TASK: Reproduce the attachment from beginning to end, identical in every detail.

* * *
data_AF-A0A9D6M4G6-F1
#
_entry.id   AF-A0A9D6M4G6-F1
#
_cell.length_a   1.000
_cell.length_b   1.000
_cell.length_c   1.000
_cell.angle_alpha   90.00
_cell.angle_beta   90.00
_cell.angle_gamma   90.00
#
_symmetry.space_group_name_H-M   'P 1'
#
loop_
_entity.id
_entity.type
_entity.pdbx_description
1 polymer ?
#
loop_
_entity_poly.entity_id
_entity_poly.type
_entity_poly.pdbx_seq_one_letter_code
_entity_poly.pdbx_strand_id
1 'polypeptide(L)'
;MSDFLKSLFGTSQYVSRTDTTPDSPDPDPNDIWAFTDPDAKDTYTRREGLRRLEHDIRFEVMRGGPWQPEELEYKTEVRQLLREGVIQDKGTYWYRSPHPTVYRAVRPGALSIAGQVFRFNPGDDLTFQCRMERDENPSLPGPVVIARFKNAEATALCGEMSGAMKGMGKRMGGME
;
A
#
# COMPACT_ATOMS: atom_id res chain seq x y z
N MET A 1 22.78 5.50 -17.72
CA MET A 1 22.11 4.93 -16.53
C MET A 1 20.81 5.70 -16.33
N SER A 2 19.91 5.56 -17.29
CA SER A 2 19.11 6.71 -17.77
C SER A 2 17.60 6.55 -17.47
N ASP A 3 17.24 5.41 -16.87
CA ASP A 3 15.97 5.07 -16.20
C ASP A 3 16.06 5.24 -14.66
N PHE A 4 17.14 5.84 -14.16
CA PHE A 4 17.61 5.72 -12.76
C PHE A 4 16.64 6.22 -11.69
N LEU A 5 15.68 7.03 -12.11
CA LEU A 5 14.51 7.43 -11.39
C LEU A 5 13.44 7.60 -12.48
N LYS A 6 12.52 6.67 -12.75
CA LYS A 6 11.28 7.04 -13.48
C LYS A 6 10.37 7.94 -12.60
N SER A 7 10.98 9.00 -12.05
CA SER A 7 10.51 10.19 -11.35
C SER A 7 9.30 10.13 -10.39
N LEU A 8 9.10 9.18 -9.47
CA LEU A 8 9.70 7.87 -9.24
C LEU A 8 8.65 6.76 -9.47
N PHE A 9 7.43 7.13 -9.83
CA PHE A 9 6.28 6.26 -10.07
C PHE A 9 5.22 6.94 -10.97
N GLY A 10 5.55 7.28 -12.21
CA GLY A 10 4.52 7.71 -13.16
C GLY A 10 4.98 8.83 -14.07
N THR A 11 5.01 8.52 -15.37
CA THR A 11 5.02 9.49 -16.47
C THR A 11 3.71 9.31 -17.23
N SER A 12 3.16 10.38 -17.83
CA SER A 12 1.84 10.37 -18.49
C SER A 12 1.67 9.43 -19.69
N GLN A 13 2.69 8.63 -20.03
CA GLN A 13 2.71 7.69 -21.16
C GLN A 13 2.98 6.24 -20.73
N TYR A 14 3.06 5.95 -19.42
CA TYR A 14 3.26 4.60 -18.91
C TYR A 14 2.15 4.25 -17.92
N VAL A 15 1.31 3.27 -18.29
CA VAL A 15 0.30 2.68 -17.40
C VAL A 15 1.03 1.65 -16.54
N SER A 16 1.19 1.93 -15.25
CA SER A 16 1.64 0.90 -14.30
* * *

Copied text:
data_AF-A0A9D6M4G6-F1
#
_entry.id   AF-A0A9D6M4G6-F1
#
_cell.length_a   1.000
_cell.length_b   1.000
_cell.length_c   1.000
_cell.angle_alpha   90.00
_cell.angle_beta   90.00
_cell.angle_gamma   90.00
#
_symmetry.space_group_name_H-M   'P 1'
#
loop_
_entity.id
_entity.type
_entity.pdbx_description
1 polymer ?
#
loop_
_entity_poly.entity_id
_entity_poly.type
_entity_poly.pdbx_seq_one_letter_code
_entity_poly.pdbx_strand_id
1 'polypeptide(L)'
;MSDFLKSLFGTSQYVSRTDTTPDSPDPDPNDIWAFTDPDAKDTYTRREGLRRLEHDIRFEVMRGGPWQPEELEYKTEVRQLLREGVIQDKGTYWYRSPHPTVYRAVRPGALSIAGQVFRFNPGDDLTFQCRMERDENPSLPGPVVIARFKNAEATALCGEMSGAMKGMGKRMGGME
;
A
#
# COMPACT_ATOMS: atom_id res chain seq x y z
N MET A 1 22.78 5.50 -17.72
CA MET A 1 22.11 4.93 -16.53
C MET A 1 20.81 5.70 -16.33
N SER A 2 19.91 5.56 -17.29
CA SER A 2 19.11 6.71 -17.77
C SER A 2 17.60 6.55 -17.47
N ASP A 3 17.24 5.41 -16.87
CA ASP A 3 15.97 5.07 -16.20
C ASP A 3 16.06 5.24 -14.66
N PHE A 4 17.14 5.84 -14.16
CA PHE A 4 17.61 5.72 -12.76
C PHE A 4 16.64 6.22 -11.69
N LEU A 5 15.68 7.03 -12.11
CA LEU A 5 14.51 7.43 -11.39
C LEU A 5 13.44 7.60 -12.48
N LYS A 6 12.52 6.67 -12.75
CA LYS A 6 11.28 7.04 -13.48
C LYS A 6 10.37 7.94 -12.60
N SER A 7 10.98 9.00 -12.05
CA SER A 7 10.51 10.19 -11.35
C SER A 7 9.30 10.13 -10.39
N LEU A 8 9.10 9.18 -9.47
CA LEU A 8 9.70 7.87 -9.24
C LEU A 8 8.65 6.76 -9.47
N PHE A 9 7.43 7.13 -9.83
CA PHE A 9 6.28 6.26 -10.07
C PHE A 9 5.22 6.94 -10.97
N GLY A 10 5.55 7.28 -12.21
CA GLY A 10 4.52 7.71 -13.16
C GLY A 10 4.98 8.83 -14.07
N THR A 11 5.01 8.52 -15.37
CA THR A 11 5.02 9.49 -16.47
C THR A 11 3.71 9.31 -17.23
N SER A 12 3.16 10.38 -17.83
CA SER A 12 1.84 10.37 -18.49
C SER A 12 1.67 9.43 -19.69
N GLN A 13 2.69 8.63 -20.03
CA GLN A 13 2.71 7.69 -21.16
C GLN A 13 2.98 6.24 -20.73
N TYR A 14 3.06 5.95 -19.42
CA TYR A 14 3.26 4.60 -18.91
C TYR A 14 2.15 4.25 -17.92
N VAL A 15 1.31 3.27 -18.29
CA VAL A 15 0.30 2.68 -17.40
C VAL A 15 1.03 1.65 -16.54
N SER A 16 1.19 1.93 -15.25
CA SER A 16 1.64 0.90 -14.30